Handling equipment- I built a ramp that is 4 feet wide and 20 inches tall and comprised of solid plywood on one side and closet rod on the other side. This serves similarly to a cattle grate that allows cars to pass over but discourages cattle from crossing. Essentially, I push or pull the cajachina (house) over the ramp into the new paddock leaving behind the rabbits. The ramp itself is able to be broken down into components and laid flat for easy transport to and from the pasture. I then sewed a curtain out of the same solid black material used for the physical barrier fence that is 6 feet x 35 inches with a weighted sand tube sewn in at the bottom. It hangs from a 6 foot stainless steel purlin used in greenhouses that has 2 holes in each end. I have 7 of these panels that link together with bolts in one hole and a pin in the other hole for easy release. This allows me to either have a rigid length or, if I remove the pin, a joint that can rotate. I built a post that has a pin sticking out that holds one end of the curtain while I am at the other. I then slowly close the rabbits into a space where I can easily handle them. They are released directly into the new paddock thus receiving a reward for enduring the handling. I still have a few kinks to work out such as stopping the ramp from wobbling, attaching the curtain effectively to the fence so the rabbits don’t push through that weak point and escape, and filling the tubes with more sand. I went light because I didn’t want it to be so heavy to maneuver, but it is too light and at certain points, the rabbits can push under.

• Result: 0 percent escape loss due to the physical barrier fence. Electricity is not an effective psychological barrier for rabbits.
• Result: Effective handling of colony due to the handling equipment designed and built. I still have a lot to learn as I use this equipment.
1. Focus on making the physical barrier fence easy to move and attach. I have two things in mind to make this work:
a. Weld easy attachment to each end and
b. Weld stand alone cross bars at the base of each panel.
c. I have purchased an oxyacetylene welding torch for this purpose and designed changes on paper; both of which I will take to my former welding course instructor for his opinion.
2. Focus on breeding
a. Redesign cajachina. Add extra ramp at back end to encourage does to exit when another territorial doe protects the space. This, I believe, will encourage all does to attend to their nests.
b. Place bucks in corners of pasture pen to allow nose contact therefore familiarizing the does and bucks to each other. This will allow for easier breeding and less time to accept and perform service.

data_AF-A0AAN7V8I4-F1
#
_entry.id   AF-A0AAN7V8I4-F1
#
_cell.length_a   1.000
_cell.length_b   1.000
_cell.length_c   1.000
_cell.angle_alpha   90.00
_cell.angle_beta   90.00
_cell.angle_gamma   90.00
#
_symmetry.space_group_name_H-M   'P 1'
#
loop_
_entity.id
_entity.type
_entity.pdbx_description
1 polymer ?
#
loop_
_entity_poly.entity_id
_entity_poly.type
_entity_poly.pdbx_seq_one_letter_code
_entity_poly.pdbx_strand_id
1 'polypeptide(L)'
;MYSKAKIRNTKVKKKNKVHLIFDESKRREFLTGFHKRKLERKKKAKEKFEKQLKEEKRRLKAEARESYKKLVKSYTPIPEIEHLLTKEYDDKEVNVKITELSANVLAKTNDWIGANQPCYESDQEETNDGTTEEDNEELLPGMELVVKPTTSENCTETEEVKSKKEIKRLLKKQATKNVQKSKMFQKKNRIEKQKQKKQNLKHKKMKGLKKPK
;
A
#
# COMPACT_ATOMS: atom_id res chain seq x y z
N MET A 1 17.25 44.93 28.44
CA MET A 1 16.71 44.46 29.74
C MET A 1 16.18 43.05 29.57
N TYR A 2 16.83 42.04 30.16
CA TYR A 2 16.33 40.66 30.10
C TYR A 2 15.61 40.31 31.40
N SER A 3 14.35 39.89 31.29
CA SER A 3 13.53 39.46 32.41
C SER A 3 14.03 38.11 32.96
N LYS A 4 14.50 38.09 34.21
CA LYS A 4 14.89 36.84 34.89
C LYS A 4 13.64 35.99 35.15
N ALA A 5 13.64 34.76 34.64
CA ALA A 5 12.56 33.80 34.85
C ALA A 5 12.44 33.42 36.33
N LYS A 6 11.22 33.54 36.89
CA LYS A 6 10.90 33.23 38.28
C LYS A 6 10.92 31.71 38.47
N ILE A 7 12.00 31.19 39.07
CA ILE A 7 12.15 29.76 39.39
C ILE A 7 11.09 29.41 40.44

c. Use handling equipment effectively
i. Monitor and make sure stress-free
ii. Make sure it’s easy for me to use frequently
iii. Make changes to design as necessary
d. Keep detailed records
i. Use computer program
ii. Keep detailed daily notes in journal
iii. Keep weekly body condition scores and other data in MS Excel
3. Sell rabbits
a. Perform market analysis
b. Provide samples to parties interested
c. Revisit cost of production
d. Determine if current price is accurate

I participated in the annual National Small Farm Trade Show & Conference in Columbia, MO Farmers’ Forum in November of 2011. I presented for 55 minutes and it was attended by approximately 60 people. It was very well-received, with numerous people asking questions immediately after the talk for over an hour and a half. I also continued answering questions for the duration of the conference.

In addition, I participated in the Wisconsin Grazing Conference, an annual event sponsored by GrassWorks. I presented for 15 minutes as part of a panel that included two other producers of lamb, beef, and cheese. The title of our session was “Beyond the Norm” and in its entirety, was only an hour long. We all found it difficult to convey much information in such short period of time. It was attended by approximately 20 people and my presentation was less well-received, perhaps because its brevity did not allow enough information for people to formulate a question.

Due to both events, I receive numerous emails investigating my system. I always respond but usually don’t go into detail because of time. I point them to the Organic Voices website that has an audio presentation from 2009, the SARE website, a very rough audio and video version of the Farmer’s Forum presentation available on Dropbox. This was generously shared with me by the SARE staff and I thank both Joan Benjamin and Brandon Thompson for sharing it with me.